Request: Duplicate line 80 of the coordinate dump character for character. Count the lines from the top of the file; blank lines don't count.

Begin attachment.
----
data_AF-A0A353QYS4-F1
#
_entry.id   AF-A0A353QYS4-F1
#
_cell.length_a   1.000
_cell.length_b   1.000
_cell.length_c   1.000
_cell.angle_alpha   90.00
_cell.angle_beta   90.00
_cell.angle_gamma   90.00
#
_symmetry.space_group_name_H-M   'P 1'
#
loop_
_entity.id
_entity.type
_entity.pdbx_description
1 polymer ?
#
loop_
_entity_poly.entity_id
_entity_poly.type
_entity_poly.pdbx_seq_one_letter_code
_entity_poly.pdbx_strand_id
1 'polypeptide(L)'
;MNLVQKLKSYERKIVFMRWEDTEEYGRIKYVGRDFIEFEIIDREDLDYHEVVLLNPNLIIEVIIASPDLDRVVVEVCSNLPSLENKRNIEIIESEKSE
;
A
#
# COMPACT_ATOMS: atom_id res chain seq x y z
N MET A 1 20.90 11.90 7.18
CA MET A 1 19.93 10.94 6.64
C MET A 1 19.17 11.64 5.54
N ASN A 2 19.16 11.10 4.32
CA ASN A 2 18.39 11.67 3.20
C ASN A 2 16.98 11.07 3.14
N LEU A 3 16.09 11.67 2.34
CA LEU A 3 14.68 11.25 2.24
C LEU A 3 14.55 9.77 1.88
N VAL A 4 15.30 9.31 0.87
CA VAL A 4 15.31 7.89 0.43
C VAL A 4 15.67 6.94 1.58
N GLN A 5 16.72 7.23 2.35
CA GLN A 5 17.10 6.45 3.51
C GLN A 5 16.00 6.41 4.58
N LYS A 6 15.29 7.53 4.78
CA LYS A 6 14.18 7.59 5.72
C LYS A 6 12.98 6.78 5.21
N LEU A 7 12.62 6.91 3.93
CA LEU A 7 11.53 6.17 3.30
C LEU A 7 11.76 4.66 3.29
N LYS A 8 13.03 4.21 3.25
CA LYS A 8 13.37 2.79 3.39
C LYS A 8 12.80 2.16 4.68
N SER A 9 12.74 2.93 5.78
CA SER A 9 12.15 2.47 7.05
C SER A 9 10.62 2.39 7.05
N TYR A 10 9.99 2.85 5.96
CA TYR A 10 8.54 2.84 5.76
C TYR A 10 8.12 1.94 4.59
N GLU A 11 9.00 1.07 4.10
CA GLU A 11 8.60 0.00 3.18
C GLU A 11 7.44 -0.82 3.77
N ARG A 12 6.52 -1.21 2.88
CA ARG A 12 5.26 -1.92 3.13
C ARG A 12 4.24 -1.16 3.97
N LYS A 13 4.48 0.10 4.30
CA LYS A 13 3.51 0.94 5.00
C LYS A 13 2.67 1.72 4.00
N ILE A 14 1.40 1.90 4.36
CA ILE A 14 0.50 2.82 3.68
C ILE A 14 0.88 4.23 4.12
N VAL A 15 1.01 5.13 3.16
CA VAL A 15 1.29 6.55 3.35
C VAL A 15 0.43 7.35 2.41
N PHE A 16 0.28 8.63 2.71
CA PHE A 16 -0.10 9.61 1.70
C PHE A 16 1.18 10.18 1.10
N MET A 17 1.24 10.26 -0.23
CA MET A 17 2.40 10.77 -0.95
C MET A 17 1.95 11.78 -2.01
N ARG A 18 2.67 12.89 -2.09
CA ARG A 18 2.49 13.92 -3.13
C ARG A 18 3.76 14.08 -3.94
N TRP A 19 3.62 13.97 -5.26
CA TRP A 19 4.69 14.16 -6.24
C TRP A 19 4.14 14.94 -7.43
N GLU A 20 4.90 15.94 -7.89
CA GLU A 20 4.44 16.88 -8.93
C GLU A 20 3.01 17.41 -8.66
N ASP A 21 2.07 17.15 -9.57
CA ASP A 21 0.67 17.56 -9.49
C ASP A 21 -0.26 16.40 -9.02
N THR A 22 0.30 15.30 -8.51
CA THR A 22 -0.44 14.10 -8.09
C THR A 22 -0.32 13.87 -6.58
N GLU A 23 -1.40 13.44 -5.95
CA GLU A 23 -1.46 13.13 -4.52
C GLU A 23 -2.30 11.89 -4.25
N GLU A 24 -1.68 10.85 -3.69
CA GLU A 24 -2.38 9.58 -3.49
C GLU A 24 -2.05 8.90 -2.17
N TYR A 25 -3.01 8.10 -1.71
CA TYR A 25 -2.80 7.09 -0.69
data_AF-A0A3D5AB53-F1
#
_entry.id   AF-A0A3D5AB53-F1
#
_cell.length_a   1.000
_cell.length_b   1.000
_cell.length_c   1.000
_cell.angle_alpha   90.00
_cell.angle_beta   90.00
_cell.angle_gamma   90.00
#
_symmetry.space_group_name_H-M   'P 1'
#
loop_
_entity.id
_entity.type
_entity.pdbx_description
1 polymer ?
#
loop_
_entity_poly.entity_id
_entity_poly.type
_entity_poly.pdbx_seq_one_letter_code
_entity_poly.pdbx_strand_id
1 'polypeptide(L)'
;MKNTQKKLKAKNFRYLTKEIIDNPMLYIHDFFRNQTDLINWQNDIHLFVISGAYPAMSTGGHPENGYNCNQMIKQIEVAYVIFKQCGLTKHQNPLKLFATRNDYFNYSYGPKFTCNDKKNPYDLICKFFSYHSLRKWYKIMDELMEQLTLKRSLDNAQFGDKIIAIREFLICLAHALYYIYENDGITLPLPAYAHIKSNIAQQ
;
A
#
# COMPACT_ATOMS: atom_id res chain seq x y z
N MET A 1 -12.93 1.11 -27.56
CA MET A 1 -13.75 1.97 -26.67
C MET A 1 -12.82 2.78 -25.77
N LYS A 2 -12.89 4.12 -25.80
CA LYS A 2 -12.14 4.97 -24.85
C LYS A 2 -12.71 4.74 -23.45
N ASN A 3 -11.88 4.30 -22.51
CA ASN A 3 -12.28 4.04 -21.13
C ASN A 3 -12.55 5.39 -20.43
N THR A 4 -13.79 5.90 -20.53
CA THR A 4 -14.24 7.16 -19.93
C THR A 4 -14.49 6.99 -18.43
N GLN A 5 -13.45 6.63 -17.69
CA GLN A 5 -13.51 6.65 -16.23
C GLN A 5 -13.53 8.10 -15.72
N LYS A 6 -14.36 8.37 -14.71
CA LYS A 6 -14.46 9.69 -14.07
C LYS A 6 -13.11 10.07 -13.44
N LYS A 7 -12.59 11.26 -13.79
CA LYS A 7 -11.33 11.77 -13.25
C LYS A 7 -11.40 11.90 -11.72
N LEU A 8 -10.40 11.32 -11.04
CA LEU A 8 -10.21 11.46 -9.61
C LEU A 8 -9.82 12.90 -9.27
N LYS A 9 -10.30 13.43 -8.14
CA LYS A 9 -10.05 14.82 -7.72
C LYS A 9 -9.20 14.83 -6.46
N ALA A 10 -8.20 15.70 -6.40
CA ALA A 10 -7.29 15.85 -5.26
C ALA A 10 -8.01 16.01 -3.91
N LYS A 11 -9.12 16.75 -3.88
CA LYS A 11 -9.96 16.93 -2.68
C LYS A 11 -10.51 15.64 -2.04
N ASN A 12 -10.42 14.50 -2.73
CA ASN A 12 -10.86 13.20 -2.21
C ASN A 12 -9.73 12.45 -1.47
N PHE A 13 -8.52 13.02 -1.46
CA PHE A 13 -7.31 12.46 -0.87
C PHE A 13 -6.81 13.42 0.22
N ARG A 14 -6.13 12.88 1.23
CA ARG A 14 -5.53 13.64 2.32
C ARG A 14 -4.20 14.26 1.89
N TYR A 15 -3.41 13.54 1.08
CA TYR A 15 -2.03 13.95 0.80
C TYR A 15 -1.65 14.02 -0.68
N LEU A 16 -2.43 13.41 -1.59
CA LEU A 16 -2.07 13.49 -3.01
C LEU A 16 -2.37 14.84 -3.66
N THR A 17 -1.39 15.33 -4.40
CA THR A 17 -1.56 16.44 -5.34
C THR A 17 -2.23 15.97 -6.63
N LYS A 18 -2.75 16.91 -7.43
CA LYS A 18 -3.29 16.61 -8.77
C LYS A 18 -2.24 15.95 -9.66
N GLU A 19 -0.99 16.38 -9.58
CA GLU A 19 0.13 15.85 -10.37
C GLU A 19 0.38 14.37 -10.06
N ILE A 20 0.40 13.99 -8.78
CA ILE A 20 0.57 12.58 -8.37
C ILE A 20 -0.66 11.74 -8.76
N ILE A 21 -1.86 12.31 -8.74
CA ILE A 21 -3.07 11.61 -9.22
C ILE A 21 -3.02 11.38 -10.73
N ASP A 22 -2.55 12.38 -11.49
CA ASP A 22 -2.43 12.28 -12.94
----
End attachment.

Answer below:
CA MET A 17 2.40 10.77 -0.95